chaperonin TRiC/CCT identified as a target of the antihistamine clemastine using parallel chemoproteomic strategy.
The antihistamine clemastine inhibits multiple stages of the Plasmodium
parasite that causes malaria, but the molecular targets responsible for its parasite inhibition were unknown. Here, we applied parallel chemoproteomic platforms to discover the mechanism of action of clemastine and identify that clemastine binds to the Plasmodium falciparum
TCP-1 ring complex or chaperonin containing TCP-1 (TRiC/CCT), an essential heterooligomeric complex required for de novo cytoskeletal protein folding. Clemastine destabilized all eight P. falciparum
TRiC subunits based on thermal proteome profiling (TPP). Further analysis using stability of proteins from rates of oxidation (SPROX) revealed a clemastine-induced thermodynamic stabilization of the Plasmodium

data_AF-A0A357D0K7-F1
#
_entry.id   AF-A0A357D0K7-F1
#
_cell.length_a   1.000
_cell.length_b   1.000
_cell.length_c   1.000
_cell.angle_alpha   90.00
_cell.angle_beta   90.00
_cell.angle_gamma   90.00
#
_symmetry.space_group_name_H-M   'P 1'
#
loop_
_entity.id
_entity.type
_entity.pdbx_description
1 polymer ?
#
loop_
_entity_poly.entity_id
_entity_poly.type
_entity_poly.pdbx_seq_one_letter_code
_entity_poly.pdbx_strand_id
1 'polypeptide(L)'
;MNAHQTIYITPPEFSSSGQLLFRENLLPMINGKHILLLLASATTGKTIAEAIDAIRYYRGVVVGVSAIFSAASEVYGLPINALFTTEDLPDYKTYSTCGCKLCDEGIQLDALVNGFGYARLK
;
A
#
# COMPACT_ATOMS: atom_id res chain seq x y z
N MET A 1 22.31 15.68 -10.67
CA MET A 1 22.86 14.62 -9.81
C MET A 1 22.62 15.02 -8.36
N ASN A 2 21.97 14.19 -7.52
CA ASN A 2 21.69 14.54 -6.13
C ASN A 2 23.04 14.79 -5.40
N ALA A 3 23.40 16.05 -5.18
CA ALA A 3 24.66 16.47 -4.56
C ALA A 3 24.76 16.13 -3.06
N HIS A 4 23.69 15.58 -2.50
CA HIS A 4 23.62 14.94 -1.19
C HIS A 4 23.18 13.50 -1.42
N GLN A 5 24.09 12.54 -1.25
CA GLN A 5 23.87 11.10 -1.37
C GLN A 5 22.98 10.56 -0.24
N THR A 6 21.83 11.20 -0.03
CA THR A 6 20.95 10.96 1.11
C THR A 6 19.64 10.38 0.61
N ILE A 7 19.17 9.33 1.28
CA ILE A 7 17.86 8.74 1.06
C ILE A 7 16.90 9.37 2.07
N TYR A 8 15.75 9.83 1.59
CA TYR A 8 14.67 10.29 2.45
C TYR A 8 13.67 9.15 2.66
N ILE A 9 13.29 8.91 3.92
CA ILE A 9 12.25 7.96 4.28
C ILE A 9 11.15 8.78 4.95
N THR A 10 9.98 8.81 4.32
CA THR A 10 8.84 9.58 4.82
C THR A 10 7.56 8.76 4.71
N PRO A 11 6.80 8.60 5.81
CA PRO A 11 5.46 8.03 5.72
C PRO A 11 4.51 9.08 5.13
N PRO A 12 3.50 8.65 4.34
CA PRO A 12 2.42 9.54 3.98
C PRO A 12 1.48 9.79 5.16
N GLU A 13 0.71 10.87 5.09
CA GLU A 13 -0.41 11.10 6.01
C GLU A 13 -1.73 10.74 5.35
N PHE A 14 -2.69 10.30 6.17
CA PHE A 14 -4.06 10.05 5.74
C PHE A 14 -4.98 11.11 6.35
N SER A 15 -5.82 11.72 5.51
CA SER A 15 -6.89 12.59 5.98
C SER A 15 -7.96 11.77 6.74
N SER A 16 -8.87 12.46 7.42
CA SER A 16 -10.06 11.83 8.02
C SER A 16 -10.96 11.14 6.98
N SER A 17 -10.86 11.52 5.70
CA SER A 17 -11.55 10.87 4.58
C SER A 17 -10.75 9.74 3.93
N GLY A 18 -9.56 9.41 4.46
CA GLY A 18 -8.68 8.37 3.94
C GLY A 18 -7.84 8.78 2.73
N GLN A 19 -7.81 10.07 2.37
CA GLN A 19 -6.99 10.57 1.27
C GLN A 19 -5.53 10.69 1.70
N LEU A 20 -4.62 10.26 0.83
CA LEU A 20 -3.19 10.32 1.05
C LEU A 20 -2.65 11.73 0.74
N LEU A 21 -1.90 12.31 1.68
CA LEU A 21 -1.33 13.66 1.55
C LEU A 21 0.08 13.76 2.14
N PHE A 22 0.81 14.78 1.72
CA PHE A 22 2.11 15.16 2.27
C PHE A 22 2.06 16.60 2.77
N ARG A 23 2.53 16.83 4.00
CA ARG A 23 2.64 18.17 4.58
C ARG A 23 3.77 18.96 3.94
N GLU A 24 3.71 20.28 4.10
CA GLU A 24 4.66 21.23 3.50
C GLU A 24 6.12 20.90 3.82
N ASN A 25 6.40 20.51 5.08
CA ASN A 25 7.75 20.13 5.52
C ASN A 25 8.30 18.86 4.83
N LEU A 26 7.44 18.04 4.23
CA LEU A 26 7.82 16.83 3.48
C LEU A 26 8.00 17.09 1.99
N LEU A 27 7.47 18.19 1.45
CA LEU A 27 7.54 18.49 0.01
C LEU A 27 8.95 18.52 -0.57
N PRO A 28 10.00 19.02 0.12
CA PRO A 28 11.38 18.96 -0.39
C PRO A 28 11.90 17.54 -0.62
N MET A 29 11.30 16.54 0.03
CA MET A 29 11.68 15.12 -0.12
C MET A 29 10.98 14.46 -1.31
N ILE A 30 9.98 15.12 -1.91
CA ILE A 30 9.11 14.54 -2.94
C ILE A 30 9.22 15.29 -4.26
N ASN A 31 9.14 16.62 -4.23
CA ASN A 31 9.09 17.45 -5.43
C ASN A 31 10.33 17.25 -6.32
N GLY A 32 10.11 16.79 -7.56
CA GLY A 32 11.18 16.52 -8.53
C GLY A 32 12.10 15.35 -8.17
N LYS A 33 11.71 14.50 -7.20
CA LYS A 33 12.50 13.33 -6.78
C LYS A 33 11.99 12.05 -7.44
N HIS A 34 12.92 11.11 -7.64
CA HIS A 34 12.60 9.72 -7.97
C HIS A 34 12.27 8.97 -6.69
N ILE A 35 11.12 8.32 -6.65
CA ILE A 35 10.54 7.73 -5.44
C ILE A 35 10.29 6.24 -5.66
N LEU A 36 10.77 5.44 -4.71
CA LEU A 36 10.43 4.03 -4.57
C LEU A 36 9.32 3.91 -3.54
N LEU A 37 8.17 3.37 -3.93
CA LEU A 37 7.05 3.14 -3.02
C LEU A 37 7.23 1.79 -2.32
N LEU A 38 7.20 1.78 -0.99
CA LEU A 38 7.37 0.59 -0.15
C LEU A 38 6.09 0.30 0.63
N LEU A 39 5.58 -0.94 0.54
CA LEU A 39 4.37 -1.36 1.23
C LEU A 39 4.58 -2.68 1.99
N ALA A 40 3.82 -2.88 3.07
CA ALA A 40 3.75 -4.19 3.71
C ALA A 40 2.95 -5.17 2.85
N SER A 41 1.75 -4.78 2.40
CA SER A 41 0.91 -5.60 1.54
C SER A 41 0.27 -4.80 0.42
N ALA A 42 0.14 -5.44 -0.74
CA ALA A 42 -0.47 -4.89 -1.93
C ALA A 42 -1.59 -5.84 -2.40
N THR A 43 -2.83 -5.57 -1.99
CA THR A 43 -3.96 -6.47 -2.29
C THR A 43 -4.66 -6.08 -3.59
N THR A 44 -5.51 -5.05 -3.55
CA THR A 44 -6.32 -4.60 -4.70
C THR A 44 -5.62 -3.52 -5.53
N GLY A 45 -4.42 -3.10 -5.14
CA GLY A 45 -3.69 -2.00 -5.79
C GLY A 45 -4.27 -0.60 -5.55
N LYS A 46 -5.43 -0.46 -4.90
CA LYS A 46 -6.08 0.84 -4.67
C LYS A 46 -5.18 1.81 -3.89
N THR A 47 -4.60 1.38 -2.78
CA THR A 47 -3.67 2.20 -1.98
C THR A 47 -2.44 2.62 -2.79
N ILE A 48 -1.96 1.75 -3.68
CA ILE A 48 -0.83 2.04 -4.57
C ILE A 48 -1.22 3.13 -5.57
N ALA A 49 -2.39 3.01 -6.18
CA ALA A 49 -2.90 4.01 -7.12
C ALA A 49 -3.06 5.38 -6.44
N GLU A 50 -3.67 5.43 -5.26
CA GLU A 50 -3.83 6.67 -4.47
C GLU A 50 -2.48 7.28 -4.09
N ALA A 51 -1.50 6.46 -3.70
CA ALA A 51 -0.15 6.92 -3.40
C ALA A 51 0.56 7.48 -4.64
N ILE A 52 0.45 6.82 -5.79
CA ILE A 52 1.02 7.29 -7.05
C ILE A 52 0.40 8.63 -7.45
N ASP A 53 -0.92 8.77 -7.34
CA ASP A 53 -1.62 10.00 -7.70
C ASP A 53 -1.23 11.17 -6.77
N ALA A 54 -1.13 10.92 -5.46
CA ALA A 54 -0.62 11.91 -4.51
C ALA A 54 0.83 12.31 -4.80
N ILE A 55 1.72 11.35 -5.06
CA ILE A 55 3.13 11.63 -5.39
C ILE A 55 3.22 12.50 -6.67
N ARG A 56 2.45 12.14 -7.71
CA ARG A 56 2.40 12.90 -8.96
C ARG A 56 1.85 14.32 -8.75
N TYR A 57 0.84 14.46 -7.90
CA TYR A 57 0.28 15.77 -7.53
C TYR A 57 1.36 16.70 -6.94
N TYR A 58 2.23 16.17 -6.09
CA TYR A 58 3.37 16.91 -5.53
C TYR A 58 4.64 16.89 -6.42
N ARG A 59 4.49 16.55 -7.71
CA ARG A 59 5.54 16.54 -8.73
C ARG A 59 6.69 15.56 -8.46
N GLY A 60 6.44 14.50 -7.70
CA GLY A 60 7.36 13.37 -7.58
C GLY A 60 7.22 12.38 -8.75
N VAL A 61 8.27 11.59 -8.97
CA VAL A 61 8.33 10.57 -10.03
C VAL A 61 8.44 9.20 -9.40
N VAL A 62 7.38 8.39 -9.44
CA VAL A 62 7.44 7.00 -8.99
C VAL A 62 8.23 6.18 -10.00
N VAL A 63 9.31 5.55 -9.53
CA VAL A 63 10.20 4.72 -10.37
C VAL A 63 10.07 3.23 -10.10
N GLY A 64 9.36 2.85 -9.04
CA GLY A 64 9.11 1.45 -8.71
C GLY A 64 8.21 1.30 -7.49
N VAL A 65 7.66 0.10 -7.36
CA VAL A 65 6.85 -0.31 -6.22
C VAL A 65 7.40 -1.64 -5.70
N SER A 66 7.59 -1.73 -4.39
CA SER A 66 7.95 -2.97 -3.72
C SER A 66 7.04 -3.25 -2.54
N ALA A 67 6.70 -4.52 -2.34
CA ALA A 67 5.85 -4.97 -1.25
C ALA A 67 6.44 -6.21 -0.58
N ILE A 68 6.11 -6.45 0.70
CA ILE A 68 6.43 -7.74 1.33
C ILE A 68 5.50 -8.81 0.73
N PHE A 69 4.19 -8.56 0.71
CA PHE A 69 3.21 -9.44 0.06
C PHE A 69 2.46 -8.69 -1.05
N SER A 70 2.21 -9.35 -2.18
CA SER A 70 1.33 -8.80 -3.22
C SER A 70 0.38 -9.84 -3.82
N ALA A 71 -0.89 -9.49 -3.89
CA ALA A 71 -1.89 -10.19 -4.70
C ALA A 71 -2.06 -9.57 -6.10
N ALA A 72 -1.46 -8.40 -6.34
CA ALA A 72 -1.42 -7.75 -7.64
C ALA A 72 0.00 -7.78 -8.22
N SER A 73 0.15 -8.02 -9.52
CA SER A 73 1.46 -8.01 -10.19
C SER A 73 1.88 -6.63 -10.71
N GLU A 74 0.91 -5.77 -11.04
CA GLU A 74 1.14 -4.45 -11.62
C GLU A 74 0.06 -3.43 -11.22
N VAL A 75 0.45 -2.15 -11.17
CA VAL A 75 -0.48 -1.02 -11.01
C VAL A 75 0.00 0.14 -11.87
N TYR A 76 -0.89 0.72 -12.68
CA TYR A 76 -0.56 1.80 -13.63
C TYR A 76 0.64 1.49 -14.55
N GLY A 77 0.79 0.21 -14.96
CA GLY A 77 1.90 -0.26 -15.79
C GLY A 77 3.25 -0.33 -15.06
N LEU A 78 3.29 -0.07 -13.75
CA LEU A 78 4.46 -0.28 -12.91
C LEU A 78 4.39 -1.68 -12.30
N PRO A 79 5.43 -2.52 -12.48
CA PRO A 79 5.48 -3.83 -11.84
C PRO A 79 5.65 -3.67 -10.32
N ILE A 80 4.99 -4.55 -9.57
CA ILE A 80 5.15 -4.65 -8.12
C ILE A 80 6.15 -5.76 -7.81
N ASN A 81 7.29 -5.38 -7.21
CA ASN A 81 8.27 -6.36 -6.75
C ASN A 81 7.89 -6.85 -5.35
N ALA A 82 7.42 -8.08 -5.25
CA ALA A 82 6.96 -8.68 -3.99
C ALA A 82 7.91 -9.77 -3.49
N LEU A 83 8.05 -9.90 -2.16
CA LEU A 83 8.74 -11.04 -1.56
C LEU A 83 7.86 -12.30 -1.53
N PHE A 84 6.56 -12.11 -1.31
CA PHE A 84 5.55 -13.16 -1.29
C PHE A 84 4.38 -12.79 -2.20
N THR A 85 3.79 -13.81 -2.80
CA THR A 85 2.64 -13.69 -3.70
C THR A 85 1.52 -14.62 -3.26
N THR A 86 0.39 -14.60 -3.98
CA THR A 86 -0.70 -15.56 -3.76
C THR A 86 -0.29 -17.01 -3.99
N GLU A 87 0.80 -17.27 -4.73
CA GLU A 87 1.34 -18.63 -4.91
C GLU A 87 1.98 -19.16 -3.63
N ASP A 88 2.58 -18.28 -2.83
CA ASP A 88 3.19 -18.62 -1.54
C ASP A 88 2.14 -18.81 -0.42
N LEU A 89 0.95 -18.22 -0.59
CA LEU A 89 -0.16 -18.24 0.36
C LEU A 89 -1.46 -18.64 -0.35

TRiC delta subunit, suggesting an interaction with this protein subunit. We demonstrate that clemastine reduces levels of the major TRiC substrate tubulin in P. falciparum
parasites. In addition, clemastine treatment leads to disorientation of Plasmodium
mitotic spindles during the asexual reproduction and results in aberrant tubulin morphology suggesting protein aggregation. This clemastine-induced disruption of TRiC function is not observed in human host cells, demonstrating a species selectivity required for targeting an intracellular human pathogen. Our findings encourage larger efforts to apply chemoproteomic methods to assist in target identification of antimalarial drugs and highlight the potential to selectively target Plasmodium
TRiC-mediated protein folding for malaria intervention.
Lu, K-Y; Quan, B; Sylvester, K; Srivastava, T; Fitzgerald, MC; Derbyshire, ER
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